The second intifada erupted because Israel exploited the negotiations with the Palestinians to advance its land grab project. The hypocrisy cried out to the heavens – talk of peace on one hand while continuing to take over Palestinian expanse for the benefit of the Jews. The hypocrisy cried out, but the Israelis didn’t listen.
The anger and disgust at Israeli underhandedness built up over years of disappointment and sobriety following the Oslo Accords, erupting on September 29, 2000 (the day after the provocation by Ariel Sharon, with the approval of then-Prime Minister Ehud Barak).
But the second intifada was not an intifada in the standard sense of the word: Aside from its first days, it was not a popular civil event and a majority of the public did not participate in it, unlike the uprising that erupted in 1987.
The popular-collective characteristic that was preserved in it was the sumud (steadfastness) displayed by all the Palestinians in the face of the Israeli oppressive and punitive measures and policy of economic attrition.
The Israel Defense Forces, Border Police and police, which used lethal means to suppress the protests from the very first day, managed to deter potential protesters. Yasser Arafat and his entourage worried about the criticism that could be heard in those demonstrations, directed at the Palestinian Authority and Fatah.
They gave a green light to Fatah and the security forces to use weapons at friction points with the Israeli army and thus, by putting on the hat of resistance once more, seized control of the demonstrations. They also calculated that this militarization would strengthen the Palestinian negotiating stance. They still believed they could halt the Israeli settler-colonial drive in the 1967 territories.
The well-oiled mechanism of the IDF Spokesperson’s Unit and the government spokespeople succeeded on the propaganda front in constructing the lie that the battles in the field were being fought between equal armies and that the Palestinians “started it.”
Then, as now, the Israeli majority paid little heed to the Palestinian casualties, and did not view the seizure of their lands as institutional aggression. At the same time, the number of unarmed Palestinians killed by Israel kept growing.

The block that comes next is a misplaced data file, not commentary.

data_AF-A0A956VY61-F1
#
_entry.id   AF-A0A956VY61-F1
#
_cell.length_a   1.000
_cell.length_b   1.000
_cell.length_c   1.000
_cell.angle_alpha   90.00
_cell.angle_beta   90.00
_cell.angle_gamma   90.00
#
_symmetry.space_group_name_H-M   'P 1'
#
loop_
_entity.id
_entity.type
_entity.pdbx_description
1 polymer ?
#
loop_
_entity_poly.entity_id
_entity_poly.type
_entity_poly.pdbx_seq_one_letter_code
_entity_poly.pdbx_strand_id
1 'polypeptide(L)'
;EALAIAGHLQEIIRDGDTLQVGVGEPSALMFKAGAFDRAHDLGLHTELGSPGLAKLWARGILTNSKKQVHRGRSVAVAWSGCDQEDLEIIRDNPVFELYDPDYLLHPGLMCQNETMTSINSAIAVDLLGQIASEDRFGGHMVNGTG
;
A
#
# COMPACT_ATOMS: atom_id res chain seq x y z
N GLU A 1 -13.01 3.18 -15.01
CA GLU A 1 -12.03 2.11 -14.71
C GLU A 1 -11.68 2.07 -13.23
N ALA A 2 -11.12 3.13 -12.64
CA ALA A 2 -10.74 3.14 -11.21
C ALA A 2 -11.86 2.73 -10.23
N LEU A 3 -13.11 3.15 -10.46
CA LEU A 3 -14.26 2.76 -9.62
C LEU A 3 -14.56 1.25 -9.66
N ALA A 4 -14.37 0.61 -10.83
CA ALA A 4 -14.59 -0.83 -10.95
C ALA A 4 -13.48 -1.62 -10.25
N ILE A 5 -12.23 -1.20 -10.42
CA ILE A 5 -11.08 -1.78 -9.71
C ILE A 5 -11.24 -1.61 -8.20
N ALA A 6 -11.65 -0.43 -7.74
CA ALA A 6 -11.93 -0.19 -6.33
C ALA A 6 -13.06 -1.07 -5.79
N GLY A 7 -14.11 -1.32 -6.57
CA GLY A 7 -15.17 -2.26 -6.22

With every funeral, the Palestinian call for revenge grew stronger. With and without a green light from above, armed Palestinians shot at Israeli civilians (also armed, as many of the settlers are) in the West Bank and Gaza.
Hamas joined somewhat belatedly and showed that if success is measured in the number of Israeli dead bodies, it was more effective than Fatah. Israel erased the Green Line – so why shouldn’t it resume attacking Israelis inside Israel?
The armed wings of Hamas and Fatah competed with one another and lost in the competition with the IDF on the number of those killed. The suicide bombings created a balance of terror with the Israelis but they didn’t halt the Civil Administration’s bulldozers.
There are four failures in all. The first intifada, with its hopeful demand for a sovereign state within the June 4, 1967 lines, failed. The Madrid and Oslo talks, which began in the wake of it, did not diminish Israel’s ravenous appetite for Palestinian land.
Mahmoud Abbas’ tactic of diplomacy and acceptance in the UN also failed: The condemnations by Western countries do not amount to a policy — they are only meant to cover their butts. With the exception of a few isolated successes, the popular and legal battles against land seizures also failed.
And the use of weapons, which many Palestinians still view as the pinnacle of the struggle and the resistance, even though only a few actually choose to do so, did not stop the process either. The use of arms is an expression of anger and the desire for revenge. It has no strategic value.
Twenty years later, the Israeli victory is nearly complete: The well-planned armed robbery of Palestinian land goes on daily unhindered.
The model that Israel created in Gaza is being copied in the West Bank (including East Jerusalem) and translated into something akin to “Pales of Settlement” which, as long as they don’t show signs of fury and rebellion, are of no interest to the Jews in Israel, the supreme ruler.
Amira Hass is an Israeli journalist and author, mostly known for her columns in the daily newspaper Haaretz covering Palestinian affairs in the West Bank and Gaza, where she has lived for almost thirty years.
Published by Haaretz
Republished by The 21st Century
The views expressed in this article are solely those of the author and do not necessarily reflect the opinions of 21cir.